Thanks for the detailed response. I cannot come up w/ a theory on "how the BORG orchestrated all this", and I do not believe such a theory is needed. My reasoning is as follows: For whatever reason the US Borg (containing both democratic and republican deep-state statists) is afraid of Trump and some members of his team. Initially this group thought that they had the election in the bag- the tricks they tried during Trump's candidacy is a matter of open record. Thanks to a few people who leaked electronic documents, and due to the hubris of their anointed SJW, the Borg lost. Now they are scared. This could be due to potential exposure of some significant malfeasance of theirs, or due to pending failure of their gambits being executed in Ukraine, Syria, Yemen and other places. Thus they are doing their utmost to derail Trump-and he is doing his level best to help them. I consider the whole issue a very shallow soap opera- not a sophisticated intelligence operation. Unfortunately this farce can have grave consequences for the World.


Ishmael Zechariah

The Twisted Genius

Sam Peralta,

As I've said many times, I have a lot of first hand experience dealing with Soviet and Russian information warfare and their much more subtle understanding of cybernetics and reflexive control. To give examples of Russia's expertise in this field, I'd have to go through DOD review/clearance procedures. I have no desire to do that. Perhaps one day some of this stuff will be released. Until then, we'll both have to be content with our preconceived notions. Perhaps we can agree that the Russians, like the Soviets before them, are not ten feet tall. However, they are six foot four, full of muscle and smart as a whip in this field. I don't begrudge them for their expertise.


yeah right.good point.fits with my theory.controlling the flow of information in both directions will change facts on the ground.if comey was bugging trump tower then that's why trump fired him.if the Russian angle was misinformation put out by trump to trap whoever was bugging trump then that was game over.that meeting of trump with lavrov in the white house said it all.the whole Russian thing is trump trap......nice word trump trap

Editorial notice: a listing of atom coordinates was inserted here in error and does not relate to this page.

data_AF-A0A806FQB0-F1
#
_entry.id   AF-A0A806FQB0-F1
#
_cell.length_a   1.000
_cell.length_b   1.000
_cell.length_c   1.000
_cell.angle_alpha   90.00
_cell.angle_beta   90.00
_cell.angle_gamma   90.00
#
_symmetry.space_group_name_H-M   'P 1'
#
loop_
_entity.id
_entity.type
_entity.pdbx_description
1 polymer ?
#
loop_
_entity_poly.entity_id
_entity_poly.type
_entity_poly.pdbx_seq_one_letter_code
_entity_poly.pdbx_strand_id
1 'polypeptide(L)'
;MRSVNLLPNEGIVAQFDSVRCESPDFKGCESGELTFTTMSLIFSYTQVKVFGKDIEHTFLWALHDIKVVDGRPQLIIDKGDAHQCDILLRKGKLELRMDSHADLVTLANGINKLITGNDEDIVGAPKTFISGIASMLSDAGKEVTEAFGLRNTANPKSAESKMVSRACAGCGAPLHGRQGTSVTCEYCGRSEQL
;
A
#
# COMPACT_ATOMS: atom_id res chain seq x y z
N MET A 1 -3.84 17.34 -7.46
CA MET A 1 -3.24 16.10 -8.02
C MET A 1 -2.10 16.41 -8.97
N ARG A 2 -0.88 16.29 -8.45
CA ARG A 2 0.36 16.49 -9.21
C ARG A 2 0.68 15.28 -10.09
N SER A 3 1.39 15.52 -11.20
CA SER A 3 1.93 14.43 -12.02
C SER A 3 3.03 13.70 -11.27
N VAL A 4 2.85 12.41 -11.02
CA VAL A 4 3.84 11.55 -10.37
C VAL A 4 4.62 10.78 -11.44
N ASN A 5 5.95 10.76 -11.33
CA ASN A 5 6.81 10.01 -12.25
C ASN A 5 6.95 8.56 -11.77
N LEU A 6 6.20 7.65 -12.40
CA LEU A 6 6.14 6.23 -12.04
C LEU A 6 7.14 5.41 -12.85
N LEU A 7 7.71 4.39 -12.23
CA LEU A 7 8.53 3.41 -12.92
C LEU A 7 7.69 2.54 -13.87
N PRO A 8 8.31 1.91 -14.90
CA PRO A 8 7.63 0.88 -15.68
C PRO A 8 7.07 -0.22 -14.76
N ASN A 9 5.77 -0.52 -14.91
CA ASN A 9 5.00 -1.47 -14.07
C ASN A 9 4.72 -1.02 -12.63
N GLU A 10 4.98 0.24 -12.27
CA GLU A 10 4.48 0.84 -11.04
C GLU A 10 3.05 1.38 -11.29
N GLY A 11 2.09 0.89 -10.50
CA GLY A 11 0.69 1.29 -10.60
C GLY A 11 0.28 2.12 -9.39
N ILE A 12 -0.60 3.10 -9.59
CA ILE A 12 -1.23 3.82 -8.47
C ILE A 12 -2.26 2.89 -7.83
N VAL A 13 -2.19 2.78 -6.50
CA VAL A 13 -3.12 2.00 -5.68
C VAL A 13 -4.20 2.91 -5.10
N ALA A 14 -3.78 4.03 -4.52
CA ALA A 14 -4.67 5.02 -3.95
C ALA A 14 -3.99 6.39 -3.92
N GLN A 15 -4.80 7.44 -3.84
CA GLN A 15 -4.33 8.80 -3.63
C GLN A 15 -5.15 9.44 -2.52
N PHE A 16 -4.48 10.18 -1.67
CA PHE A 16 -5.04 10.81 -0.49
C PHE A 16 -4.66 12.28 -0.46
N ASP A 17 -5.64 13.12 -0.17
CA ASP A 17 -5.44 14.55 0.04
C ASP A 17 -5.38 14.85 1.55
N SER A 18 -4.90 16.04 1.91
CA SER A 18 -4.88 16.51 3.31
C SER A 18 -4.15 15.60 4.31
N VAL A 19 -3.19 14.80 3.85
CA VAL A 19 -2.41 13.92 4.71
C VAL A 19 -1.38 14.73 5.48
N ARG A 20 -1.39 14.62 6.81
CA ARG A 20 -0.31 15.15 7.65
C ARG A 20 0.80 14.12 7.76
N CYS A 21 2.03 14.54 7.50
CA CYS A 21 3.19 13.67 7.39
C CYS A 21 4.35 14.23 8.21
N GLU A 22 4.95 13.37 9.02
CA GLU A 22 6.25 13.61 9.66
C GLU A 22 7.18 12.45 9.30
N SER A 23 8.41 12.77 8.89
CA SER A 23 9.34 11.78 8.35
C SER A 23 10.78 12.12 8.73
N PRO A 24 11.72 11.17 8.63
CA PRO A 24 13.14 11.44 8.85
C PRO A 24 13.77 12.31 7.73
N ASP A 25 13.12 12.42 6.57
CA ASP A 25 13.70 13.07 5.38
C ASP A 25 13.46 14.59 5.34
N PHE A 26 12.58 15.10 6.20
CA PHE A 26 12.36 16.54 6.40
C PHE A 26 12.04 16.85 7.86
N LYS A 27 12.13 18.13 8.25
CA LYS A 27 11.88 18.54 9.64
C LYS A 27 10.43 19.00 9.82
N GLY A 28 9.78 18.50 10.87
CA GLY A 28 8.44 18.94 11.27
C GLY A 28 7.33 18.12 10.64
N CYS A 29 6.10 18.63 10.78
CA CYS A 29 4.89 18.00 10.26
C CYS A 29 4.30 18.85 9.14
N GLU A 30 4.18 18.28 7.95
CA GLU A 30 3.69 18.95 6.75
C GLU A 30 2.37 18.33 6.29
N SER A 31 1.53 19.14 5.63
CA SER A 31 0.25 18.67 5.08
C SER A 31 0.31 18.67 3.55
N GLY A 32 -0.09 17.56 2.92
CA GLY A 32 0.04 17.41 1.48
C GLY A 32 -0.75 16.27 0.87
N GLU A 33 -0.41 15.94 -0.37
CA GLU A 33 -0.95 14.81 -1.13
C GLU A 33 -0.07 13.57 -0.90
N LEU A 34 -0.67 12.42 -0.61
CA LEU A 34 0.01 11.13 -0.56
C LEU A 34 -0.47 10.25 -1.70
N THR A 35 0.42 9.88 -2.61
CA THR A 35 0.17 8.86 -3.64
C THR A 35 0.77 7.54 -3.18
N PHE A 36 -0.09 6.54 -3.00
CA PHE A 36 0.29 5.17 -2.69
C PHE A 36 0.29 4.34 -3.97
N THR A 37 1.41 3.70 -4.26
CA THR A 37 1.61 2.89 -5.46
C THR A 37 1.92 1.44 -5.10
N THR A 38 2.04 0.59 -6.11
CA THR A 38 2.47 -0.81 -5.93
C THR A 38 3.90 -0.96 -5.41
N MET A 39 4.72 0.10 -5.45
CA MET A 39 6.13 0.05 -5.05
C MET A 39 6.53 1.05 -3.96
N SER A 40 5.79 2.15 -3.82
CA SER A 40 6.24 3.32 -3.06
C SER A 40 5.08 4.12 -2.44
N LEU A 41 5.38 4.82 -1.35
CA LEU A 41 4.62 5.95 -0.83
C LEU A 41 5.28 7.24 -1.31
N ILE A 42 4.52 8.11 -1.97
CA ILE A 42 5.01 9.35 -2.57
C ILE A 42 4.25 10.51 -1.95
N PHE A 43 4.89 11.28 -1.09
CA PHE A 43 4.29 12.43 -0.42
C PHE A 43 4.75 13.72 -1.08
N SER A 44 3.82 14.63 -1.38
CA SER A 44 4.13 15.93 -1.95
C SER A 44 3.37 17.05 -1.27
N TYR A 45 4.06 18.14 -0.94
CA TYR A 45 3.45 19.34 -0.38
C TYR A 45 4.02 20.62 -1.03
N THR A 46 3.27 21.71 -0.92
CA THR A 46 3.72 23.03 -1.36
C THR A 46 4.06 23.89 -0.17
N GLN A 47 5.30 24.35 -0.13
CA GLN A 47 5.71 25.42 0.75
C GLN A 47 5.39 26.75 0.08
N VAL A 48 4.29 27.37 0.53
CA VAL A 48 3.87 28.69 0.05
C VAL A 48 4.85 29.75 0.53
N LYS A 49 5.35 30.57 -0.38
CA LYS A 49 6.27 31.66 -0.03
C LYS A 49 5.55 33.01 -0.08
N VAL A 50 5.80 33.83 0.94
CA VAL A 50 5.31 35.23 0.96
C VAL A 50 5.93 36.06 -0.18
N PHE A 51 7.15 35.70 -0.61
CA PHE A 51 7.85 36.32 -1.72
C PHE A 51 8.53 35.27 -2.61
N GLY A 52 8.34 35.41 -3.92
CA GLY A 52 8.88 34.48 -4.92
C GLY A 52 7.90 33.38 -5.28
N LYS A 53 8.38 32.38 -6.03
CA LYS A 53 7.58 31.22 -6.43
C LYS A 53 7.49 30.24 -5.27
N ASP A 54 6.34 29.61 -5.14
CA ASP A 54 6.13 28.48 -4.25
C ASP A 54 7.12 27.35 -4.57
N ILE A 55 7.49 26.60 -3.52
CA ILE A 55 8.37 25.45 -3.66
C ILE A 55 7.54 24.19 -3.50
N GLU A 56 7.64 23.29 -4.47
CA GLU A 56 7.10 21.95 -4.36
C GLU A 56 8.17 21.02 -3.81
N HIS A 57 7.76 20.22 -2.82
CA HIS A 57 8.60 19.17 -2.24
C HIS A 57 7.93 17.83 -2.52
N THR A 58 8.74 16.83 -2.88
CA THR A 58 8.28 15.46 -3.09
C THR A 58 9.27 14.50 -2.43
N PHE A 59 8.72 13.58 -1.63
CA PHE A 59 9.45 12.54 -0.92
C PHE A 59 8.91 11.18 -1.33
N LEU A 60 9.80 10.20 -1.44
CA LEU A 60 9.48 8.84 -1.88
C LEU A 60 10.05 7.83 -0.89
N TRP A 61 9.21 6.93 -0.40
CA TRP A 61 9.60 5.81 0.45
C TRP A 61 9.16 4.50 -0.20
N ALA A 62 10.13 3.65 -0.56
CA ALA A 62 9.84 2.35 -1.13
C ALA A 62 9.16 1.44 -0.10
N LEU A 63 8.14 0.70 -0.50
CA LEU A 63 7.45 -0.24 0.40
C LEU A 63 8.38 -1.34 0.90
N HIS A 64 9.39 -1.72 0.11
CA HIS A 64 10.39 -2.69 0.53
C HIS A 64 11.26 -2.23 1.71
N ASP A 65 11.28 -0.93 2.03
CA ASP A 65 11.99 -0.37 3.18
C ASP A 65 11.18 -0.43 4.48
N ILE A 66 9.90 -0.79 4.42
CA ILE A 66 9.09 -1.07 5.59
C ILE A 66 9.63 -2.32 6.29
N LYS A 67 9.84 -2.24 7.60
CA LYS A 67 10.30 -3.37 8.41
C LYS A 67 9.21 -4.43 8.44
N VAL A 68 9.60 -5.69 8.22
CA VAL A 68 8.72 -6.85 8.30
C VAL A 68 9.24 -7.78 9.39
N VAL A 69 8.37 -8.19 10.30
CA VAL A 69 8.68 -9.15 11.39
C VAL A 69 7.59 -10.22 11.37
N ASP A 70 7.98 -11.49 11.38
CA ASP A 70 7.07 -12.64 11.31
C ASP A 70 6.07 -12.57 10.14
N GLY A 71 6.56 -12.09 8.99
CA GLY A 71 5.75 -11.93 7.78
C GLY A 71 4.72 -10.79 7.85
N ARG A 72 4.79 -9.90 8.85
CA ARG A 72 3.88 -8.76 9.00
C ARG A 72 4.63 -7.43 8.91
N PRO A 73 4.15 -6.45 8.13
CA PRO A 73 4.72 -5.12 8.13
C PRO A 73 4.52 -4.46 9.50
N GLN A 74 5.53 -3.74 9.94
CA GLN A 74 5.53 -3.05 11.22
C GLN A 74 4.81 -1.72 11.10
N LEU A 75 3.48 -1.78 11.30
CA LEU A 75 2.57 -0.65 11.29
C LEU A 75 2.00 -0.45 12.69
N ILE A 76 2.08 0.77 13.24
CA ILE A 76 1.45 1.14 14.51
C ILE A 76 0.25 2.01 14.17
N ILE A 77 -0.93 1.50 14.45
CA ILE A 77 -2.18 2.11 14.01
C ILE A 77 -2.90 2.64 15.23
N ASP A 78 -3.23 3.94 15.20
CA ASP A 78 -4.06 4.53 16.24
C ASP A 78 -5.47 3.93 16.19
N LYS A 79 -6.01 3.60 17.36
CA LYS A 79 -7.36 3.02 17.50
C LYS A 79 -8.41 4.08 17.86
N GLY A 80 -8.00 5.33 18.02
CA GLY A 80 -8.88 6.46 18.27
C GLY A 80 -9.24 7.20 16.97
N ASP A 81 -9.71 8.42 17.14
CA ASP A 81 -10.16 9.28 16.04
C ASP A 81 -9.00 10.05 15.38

Something most probably aren't aware of is of her 309 kills, 36 were Fascist snipers who some were no doubt shot through their own sights.


Didn't the CIA do an internal inquiry into Angleton, with the conclusion being there was a high probability Angleton himself was a double agent, something he was so fond of accusing others of being? John Le Carre wrote a nice article on the paranoia and confusion of his former profession.


I would hope the public having seen Steele's puerile dossier, and the various intelligence failings of recent years, are a lot more skeptical theses days.


Ishmael, basically I applaud TTG's efforts here.

For the very simple reason he maintains a rather rational position against a wave of people like me, who take a more spontaneous decision while looking into matters. Result: this looks more like politics with something that has the feel and touch of aligned forensic sycophants, who may align since they have to defend their/their companies reputation towards costumers in the process.

To be honest, obviously always as the nitwit I am, I am not sure it needed the BORG to create the counterforces against Trump during the election. Media too. Apparently the Fox owner was one over, to look at media from the perspective of the power to dictate content.

Ishmael Zechariah

I cannot decipher/decode your note above. Rest assured that I consider TTG an honorable, patriotic, wise officer of the USA and truly like his writings. I just disagree w/ him on a few issues.
Ishmael Zechariah



Or he could have fired him for the reasons stated in the assistant AG'so letter.